The Roman coin: origin, value and evolution –

We live in a society where we need money for everything, to be able to feed ourselves, to have a roof over our heads and even to have fun. We work to obtain money, since with it we will buy everything we need, but what we have so normalized many years ago was something new.

In Superhistory we are going to tell you all about roman coins and how the Roman Empire was one of the first peoples to use them and put bartering aside.

Origin of the Roman coin

Although much of the economy of ancient Roman society was based on its coins and monetary system, we must bear in mind that this was not always the case. In the Rome of the past a system was used to trade known as barterwhere the first unit of trade was cattle and was called “pecunia”, which led to the term “pecuniary”. Barter was replaced, little by little, thanks to the labor and commercial relations that began to be established with the Greeks around the 5th century BC and after the internal problems within Rome’s politics stabilized.

The first units used within this new monetary system were a few ingots, which lacked any type of brand or registration that were made, as a general rule, with materials such as bronze or copper. These ingots were called aes rude Y their final value depended on their own weightthe one that weighed the least was 8 grams up to 300 grams at most.

Bullion continued to function as a form of currency for many years, expanding in value to bars weighing 1 kilo and 600 grams. Finally, the Romans took the Libra as a measure, which had an equivalence of 1 to 324 grams.

Roman coin value

Not all coins in Rome had the same value, as is the case today. We have euro coins and euro cents, which when added together, acquire the same value as the first, that is what happens with Roman coins.

  • Silver Denarius: This was the official coin of the Roman Empire and was made of quality silver. After the defeat suffered by Pirro, the coin began to be minted and they decided to make it a copy of the coin used in Magna Graecia, the drachma. this one had a value equivalent to 10 aes and had a mark of X, to refer to its value. After being widely used during the Republic, at the time of the Empire this coin began to be minted in iron and it was, with the reign of Valeriano, that the coin was no longer silver, but a mixture of silver with copper and tin, which received the name fleece.
  • Sesterce: this coin had a quarter of the value of the denarius and the coin was marked with HS. Although the normal thing is that this coin was made of copper, units made with silver have been seen. Their value was 800 gramsalthough there are some cases that had the value of 1000 grams.
  • Quinary: this currency also comes from the denarius, and has an equivalence of half a denarius. To see a quinary, you just had to pay attention to whether the coin had marked a V, since it was also worth 5 aes. At the beginning of the Empire, this coin was minted with gold and could range from 10 silver denarii to 25, although this was not always the case. Its point of greatest circulation was when Julius Caesar was in power until the reign of Augustus, but its price and use began to drop with Aurelian at the helm of the Empire.
  • Tremissis: It was about one coin made with gold and that it was worth a third part of the quinario de oro. With the arrival of Constantine I, this ended up being replaced by one whose name was a golden solid and that had a value close to 2,000 denarii and that after the Byzantine Empire received the name of nomisma, from which our current word payroll comes.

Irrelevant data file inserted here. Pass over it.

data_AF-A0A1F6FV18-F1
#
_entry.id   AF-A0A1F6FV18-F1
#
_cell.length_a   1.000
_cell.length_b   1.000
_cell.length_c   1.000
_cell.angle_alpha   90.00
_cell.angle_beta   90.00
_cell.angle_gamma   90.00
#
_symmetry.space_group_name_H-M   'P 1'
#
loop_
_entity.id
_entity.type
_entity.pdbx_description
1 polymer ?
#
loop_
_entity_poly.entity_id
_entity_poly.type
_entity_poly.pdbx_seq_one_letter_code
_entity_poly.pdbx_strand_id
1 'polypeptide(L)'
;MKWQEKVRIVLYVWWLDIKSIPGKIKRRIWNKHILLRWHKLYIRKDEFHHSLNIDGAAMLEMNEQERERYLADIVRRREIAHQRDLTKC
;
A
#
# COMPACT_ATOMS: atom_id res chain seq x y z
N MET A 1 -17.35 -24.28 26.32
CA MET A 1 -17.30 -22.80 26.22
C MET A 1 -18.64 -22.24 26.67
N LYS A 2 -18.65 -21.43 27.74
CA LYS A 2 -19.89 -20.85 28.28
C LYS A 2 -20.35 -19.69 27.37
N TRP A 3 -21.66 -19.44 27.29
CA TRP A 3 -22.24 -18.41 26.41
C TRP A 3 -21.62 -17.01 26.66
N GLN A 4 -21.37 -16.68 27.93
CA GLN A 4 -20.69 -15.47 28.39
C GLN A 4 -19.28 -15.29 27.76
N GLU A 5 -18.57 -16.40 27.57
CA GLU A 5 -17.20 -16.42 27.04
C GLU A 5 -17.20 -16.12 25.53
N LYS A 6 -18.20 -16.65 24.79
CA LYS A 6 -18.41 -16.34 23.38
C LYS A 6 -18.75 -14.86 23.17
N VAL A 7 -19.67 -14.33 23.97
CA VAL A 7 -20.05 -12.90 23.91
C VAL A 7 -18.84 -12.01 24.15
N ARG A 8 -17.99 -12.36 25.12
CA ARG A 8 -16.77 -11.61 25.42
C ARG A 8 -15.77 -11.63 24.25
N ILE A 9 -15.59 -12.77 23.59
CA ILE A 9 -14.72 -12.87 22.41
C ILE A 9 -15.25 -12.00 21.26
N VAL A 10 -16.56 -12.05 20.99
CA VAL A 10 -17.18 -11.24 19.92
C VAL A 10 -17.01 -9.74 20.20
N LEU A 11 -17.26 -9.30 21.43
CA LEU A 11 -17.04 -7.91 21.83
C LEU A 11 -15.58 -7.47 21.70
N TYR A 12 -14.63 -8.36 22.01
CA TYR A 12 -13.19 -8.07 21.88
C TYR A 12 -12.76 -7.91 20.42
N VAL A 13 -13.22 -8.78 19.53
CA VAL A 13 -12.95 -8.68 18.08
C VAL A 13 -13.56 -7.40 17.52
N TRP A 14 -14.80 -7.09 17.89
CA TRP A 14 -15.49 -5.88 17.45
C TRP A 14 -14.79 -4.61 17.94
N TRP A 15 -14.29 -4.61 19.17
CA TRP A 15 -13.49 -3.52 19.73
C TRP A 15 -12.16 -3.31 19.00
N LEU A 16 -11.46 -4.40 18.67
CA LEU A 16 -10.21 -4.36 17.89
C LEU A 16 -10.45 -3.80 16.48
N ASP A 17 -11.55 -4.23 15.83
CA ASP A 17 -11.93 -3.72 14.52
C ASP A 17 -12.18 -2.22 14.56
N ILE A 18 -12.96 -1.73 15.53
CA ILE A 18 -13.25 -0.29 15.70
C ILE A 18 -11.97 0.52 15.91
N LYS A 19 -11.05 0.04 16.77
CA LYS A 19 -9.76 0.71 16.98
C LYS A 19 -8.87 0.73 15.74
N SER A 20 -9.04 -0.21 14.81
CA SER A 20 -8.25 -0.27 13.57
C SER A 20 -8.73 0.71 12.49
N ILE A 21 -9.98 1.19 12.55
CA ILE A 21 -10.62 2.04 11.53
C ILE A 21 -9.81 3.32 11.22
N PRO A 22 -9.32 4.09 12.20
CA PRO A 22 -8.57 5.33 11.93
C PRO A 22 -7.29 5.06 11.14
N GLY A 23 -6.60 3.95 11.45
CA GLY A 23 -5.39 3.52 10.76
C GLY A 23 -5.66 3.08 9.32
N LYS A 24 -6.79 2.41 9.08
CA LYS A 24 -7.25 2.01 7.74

Evolution of Roman currency

To talk about the evolution of the coins of ancient Rome, we must take into account that peoples like Greece already had them and that the Romans adopted some of their bases when trading with them. And it is that during the time of the Empire, a division was made between the different authorities to be able to create coins according to what materials and that is that despite the fact that some towns were allowed to mint their bronze coins, in no case could they do so with higher value metals, such as gold or silver. It was Rome who was in charge of minting the coins with precious metals, especially in the Republic and the first years of the Empire. Certain provinces did mint their silver coins, but these were only valid for trade between them and had no value in other cities.

The government of Rome was not interested in minting the coins that were made of bronze, not only because they already had coins of greater value that they could use, but also because in many cases minting them involved more expense than final benefit. This ends up causing very well-made imitations of bronze coins to appear, since the coins that had a higher value were not affordable for the entire population in Rome. Despite this, knowing that they were unofficial coins, Rome ended up allowing them and they began to be minted in greater numbers by nearby towns, since the government only wanted the bronze coins to pay its officials.

In ancient Rome not only the coins they minted were used, but also the coins of other towns circulated due to trade with other civilizations or peoples, the most common were the following:

  • Greece: drachma, dicalco, tetradrachma.
  • Mesopotamia: talent and mine.
  • Spain: victories.
  • Greek and Phoenician colonies: cistophorus of Pergamon, obolus, shekel, triobolus and trishekel.

As you have been able to see, the ancient Roman coins had a very great impact not only for the societies of ancient Rome, but many ways of valuing our coins come from their knowledge and experiences when carrying out commercial transactions.